• Invests in long-term energy storage to help the Commonwealth’s transition to renewable energy.
  • Provides thousands of good-paying jobs with a focus on ensuring access and opportunity for everyone.  
  • Creates a DESE high school offshore wind credential training pilot program through which DESE would reimburse school districts for each student that obtains the credential.

The legislation creates parity between electric and natural gas, imposing a charge for natural gas consumers to support renewable energy, similar to the charge electric customers currently pay. At a little over $1 a month for the average customer, this is estimated to collect $23 million a year over the next 10 years to support the Commonwealth’s transition to clean energy. By diversifying Massachusetts’ energy portfolio, Massachusetts will become more energy independent and less reliant on imported natural gas that is susceptible to volatile price spikes, thereby helping to stabilize ratepayer bills in the long term. 

“An Act advancing offshore wind and clean energy” (H.4515) passed the House of Representatives 144-12. It now goes to the Senate for their consideration.  

Link to the legislation ->

Links to coverage of this legislation:
Massachusetts House Passes Legislation To Boost Offshore Wind Development, Reduce Carbon Emissions
Massachusetts House Passes Legislation To Boost Offshore Wind Development, Reduce Carbon Emissions

Thursday, March 3, 2022

"The benefits of this investment will not be confined to just offshore wind"

From the Boston Globe - an editorial written by: Ronald J. Mariano, who represents the Third Norfolk District, is speaker of the Massachusetts House of Representatives. Jeffrey N. Roy represents the 10th Norfolk District and is House chair of the Legislature’s Joint Committee on Telecommunications, Utilities, and Energy. 

"In November, voters in Maine approved a ballot measure that blocks plans to develop a transmission line to deliver hydroelectric power from Canada to Massachusetts and the rest of the region. 
Two months after that vote, Massachusetts was hit by a powerful “bomb cyclone” that brought 70-mile-per-hour gusts, more than 30 inches of snow, mass power outages, and school and business closures. It ranked among the top 10 storms with the highest snowfalls to hit the Boston area since the National Weather Service began keeping such records in the late 1800s — seven of which have occurred just within the last two decades. 
These two events, occurring in short succession, demonstrate both the perils of climate change and just how fragile that state’s existing plans are to combat it."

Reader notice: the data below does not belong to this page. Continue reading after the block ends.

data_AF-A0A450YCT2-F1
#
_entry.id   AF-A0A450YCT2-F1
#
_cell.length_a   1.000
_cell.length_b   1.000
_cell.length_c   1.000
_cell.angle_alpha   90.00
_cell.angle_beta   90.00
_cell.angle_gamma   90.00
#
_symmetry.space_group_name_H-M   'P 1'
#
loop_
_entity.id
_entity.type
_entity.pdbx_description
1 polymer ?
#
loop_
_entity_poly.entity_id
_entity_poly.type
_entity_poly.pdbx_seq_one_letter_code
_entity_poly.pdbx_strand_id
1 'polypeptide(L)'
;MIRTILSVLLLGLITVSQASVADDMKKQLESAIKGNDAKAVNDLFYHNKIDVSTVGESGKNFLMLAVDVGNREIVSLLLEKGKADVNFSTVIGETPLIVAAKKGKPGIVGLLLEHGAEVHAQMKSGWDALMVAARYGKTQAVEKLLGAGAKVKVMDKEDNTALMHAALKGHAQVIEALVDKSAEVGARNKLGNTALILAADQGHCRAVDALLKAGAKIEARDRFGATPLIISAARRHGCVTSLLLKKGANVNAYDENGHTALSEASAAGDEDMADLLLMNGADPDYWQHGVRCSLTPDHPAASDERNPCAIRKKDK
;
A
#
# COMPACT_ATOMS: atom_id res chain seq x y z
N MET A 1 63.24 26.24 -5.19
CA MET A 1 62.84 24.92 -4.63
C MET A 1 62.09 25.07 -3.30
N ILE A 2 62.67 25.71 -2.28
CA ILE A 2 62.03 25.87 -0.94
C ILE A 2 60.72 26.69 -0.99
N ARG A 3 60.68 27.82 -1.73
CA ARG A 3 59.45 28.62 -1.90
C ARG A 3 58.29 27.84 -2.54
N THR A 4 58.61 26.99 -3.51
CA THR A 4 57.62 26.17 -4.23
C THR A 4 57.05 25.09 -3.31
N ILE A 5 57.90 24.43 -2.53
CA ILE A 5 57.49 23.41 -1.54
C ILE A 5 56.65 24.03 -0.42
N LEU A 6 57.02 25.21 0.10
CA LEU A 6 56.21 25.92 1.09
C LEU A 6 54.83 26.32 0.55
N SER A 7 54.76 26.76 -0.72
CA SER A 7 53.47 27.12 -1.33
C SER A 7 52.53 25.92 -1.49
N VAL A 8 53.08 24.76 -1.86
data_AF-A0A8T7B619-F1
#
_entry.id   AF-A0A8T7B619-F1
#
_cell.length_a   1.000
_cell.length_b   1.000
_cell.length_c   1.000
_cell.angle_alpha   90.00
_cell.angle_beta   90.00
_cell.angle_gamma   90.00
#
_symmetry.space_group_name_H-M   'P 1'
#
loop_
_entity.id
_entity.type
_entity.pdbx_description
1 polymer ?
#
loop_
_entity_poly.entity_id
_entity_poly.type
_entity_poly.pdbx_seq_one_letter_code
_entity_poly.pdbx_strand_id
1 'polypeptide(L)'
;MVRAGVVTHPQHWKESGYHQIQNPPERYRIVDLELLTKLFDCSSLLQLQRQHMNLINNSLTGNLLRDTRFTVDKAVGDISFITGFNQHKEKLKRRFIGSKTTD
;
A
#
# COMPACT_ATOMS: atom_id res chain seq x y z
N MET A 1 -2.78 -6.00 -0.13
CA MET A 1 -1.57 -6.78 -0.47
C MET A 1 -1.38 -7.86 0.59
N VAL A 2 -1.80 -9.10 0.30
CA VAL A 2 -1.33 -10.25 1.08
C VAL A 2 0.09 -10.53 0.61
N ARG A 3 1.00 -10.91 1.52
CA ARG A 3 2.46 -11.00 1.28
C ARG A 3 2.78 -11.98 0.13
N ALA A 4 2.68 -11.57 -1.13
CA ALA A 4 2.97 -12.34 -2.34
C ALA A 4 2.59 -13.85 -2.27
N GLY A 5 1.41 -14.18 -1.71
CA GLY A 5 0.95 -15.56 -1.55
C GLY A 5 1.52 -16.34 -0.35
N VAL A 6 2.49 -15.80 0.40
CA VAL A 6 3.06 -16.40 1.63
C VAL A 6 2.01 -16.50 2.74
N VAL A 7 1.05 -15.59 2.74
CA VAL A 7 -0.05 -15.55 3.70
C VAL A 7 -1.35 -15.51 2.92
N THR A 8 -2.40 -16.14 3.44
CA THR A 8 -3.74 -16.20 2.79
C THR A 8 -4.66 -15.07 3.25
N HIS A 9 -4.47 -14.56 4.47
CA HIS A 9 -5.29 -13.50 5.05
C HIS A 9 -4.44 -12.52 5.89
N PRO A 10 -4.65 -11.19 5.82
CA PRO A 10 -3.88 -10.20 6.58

Continue reading the editorial online (subscription may be required)

Deepwater Wind's turbines off Block Island, R.I., as seen in 2019.RODRIQUE NGOWI/ASSOCIATED PRESS
Deepwater Wind's turbines off Block Island, R.I., as seen in 2019.RODRIQUE NGOWI/ASSOCIATED PRESS

Tuesday, February 15, 2022

Joint Statement on Opening the State House Effective Feb 22, 2022

Statement From Senate President Karen E. Spilka and House Speaker Ronald Mariano

"We are pleased to announce that the State House will be opened to the public, Monday through Friday, as of Tuesday, February 22, 2022. Masks will be required, as well as proof of COVID-19 vaccination or a negative test from no more than one day before entry. With public health data constantly evolving, we will review these requirements on a weekly basis. We look forward to seeing the public in the State House."


Joint Statement on Opening the State House Effective Feb 22, 2022
Joint Statement on Opening the State House Effective Feb 22, 2022

Tuesday, February 8, 2022

Legislature Approves Nero’s Law

Today, the House and Senate passed An Act allowing humane transportation of K9 partners, also known as Nero’s Law, which would ensure law enforcement officers’ K-9 partners receive life-saving medical attention and transport if injured in the line of duty. The bill responds to the tragic events that took the life of New Bedford-native and Yarmouth Police K-9 Sergeant Sean Gannon and severely injured his K-9 partner, Nero.

“Providing emergency medical services to police dogs injured in the line of duty is both compassionate and appropriate, especially in light of what we're asking them to do,” said Senate President Karen E. Spilka (D-Ashland). “Service dogs play a necessary role in effective law enforcement operations, and they deserve our support. I want to thank Senator Montigny for his hard work and attention to this issue, Chair Rodrigues, and Senators Timilty and Cyr for their advocacy and collaboration on this legislation, as well as Speaker Mariano and my colleagues in the House for getting this important bill to the governor’s desk.”

“K-9 police dogs provide several indispensable services to the Massachusetts police force, and the Commonwealth as a whole. Given the sometimes dangerous jobs that police dogs are asked to undertake, providing them with any necessary emergency medical care is our moral responsibility,” said House Speaker Ronald J. Mariano (D- Quincy). “I want to thank Chair Michlewitz, Chair Gonz├ílez, and Representative Xiarhos for the efforts they made to ensure the passage of Nero’s Law, as well as Senate President Spilka and my colleagues in the Senate for advancing this critical legislation.”